Pat Conroy Writing Styles in The Water Is Wide

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Perspective

As an autobiography, the book is written in the first person narrative perspective. The person telling the story is the author himself who delivers his views and relates events according to his own perception of them. The author does not supply any insight into the motives, feelings or actions of any other people and can only relate instances about these people from his own point of view. When there are conversations detailed, the author can simply relate what the other person says, and although the author may guess at the other person's thoughts, he cannot be certain he is correct. Because the nature of the book is a nonfiction account of a person's philosophy on different topics, there is little room for any other points of view. This relaying of personal thoughts is punctuated at times by the retelling of events or incidents to add some dimension to...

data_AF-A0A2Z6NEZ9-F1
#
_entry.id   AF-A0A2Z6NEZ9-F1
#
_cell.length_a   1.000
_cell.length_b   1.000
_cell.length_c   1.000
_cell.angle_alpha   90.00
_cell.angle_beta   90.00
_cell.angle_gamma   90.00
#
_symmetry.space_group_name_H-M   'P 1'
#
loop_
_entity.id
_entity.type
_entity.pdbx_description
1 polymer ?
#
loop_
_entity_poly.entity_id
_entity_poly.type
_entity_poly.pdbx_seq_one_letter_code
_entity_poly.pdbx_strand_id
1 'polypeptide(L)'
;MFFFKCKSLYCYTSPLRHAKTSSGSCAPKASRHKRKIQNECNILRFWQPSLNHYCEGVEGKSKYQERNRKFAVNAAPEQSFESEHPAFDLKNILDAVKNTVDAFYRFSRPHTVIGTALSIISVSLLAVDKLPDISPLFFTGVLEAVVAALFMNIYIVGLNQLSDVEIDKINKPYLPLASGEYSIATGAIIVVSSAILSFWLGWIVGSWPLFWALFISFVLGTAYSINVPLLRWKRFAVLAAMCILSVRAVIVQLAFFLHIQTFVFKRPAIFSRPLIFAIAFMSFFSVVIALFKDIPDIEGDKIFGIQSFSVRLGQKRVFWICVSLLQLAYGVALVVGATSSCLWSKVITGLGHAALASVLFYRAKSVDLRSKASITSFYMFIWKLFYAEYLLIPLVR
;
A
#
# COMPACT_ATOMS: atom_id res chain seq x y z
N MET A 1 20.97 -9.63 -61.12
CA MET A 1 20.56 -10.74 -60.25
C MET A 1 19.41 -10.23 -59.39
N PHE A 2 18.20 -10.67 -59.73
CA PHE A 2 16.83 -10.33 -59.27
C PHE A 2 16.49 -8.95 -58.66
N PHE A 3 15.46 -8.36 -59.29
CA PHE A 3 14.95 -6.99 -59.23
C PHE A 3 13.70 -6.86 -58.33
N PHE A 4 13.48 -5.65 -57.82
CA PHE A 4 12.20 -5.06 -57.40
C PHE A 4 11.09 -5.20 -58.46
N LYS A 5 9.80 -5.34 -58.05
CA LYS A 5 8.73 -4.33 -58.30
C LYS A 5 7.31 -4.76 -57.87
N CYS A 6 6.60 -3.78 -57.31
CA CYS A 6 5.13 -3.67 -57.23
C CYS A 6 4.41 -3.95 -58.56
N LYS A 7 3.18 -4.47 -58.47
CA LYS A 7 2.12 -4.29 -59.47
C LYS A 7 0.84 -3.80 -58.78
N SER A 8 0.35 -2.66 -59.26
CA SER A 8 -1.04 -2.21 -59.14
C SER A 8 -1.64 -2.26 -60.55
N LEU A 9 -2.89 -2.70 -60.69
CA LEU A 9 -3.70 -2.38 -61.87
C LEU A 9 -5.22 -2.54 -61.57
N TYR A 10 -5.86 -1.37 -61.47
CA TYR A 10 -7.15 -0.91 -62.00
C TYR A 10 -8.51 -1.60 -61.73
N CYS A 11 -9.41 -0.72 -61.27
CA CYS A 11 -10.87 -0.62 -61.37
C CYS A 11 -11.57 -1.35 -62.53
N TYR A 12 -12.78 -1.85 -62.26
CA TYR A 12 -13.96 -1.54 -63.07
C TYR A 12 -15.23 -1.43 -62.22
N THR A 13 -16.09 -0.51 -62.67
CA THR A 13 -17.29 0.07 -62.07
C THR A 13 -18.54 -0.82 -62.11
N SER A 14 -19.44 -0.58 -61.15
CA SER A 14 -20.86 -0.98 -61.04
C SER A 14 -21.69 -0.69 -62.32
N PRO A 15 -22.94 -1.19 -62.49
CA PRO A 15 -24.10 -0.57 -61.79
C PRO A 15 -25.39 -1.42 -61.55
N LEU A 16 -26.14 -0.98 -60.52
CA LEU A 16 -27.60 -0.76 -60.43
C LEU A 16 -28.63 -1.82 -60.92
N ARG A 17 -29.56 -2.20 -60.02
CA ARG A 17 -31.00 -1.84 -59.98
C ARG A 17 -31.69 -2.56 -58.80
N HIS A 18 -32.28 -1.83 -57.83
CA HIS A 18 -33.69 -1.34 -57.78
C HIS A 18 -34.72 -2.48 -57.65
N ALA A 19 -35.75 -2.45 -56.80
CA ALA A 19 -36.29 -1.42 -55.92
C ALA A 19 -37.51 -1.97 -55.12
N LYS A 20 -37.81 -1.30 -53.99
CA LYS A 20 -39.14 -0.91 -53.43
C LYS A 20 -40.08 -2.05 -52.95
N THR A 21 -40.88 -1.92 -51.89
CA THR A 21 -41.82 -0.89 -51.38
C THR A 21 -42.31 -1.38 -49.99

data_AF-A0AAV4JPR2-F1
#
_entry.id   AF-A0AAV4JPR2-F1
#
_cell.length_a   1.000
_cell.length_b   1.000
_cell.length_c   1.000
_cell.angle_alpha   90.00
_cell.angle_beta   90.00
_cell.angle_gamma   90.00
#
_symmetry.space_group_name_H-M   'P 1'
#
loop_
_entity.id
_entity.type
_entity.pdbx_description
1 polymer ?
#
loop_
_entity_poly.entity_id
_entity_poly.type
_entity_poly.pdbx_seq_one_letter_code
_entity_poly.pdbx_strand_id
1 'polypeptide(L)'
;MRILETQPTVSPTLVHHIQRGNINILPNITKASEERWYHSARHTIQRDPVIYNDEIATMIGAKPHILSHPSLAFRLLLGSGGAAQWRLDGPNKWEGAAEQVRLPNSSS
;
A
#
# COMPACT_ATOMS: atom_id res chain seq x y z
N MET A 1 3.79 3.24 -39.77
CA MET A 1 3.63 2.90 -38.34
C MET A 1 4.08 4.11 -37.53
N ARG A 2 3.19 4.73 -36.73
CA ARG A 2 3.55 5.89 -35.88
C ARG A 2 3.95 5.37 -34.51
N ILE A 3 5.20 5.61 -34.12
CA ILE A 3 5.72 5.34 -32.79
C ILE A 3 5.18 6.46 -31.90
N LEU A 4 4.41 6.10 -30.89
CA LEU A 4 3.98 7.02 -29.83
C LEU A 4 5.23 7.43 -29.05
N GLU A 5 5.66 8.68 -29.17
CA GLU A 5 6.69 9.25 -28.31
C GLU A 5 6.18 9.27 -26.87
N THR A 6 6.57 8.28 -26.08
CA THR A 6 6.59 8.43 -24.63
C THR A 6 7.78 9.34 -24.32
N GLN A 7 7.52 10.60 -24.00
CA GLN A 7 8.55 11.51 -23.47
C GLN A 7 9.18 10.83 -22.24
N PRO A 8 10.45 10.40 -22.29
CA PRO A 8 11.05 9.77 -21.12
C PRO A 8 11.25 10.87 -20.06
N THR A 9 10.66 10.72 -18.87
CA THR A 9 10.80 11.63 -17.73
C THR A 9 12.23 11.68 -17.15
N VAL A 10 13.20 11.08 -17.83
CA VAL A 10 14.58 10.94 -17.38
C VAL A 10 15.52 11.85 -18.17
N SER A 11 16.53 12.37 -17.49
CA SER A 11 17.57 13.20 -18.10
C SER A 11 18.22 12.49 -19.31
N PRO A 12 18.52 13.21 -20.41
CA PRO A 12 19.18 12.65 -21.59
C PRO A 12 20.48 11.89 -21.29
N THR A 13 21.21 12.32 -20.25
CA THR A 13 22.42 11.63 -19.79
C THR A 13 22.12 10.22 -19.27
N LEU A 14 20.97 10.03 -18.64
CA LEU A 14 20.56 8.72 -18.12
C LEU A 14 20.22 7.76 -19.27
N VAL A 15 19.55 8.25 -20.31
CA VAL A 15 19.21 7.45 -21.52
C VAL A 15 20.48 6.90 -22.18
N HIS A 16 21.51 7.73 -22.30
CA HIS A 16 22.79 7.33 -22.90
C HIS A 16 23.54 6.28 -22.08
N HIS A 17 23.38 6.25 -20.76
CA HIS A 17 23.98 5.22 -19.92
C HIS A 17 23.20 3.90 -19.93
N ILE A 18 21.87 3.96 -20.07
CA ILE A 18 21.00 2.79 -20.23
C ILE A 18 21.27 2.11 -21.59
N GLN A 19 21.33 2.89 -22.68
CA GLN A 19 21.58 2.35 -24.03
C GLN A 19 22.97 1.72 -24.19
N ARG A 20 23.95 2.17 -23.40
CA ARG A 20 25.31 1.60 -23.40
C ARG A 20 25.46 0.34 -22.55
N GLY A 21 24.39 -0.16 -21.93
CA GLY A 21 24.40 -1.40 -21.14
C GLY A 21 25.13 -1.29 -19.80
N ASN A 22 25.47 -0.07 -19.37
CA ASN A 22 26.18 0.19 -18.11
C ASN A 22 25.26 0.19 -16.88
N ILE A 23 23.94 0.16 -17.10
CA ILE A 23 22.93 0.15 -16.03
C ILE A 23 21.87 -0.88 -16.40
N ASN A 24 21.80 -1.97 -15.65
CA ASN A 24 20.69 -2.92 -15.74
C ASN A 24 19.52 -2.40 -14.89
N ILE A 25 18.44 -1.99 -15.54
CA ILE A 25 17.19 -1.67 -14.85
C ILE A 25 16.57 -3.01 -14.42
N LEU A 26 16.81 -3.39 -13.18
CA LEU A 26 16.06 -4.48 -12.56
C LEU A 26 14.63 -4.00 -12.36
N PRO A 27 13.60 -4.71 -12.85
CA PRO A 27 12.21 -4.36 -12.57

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This section contains 603 words
(approx. 2 pages at 400 words per page)
Buy The Water Is Wide Study Guide
Copyrights
Beacham's Encyclopedia of Popular Fiction and Beacham's Guide to Literature for Young Adults
The Water Is Wide from Beacham's Encyclopedia of Popular Fiction and Beacham's Guide to Literature for Young Adults. ©2005-2006 Thomson Gale, a part of the Thomson Corporation. All rights reserved.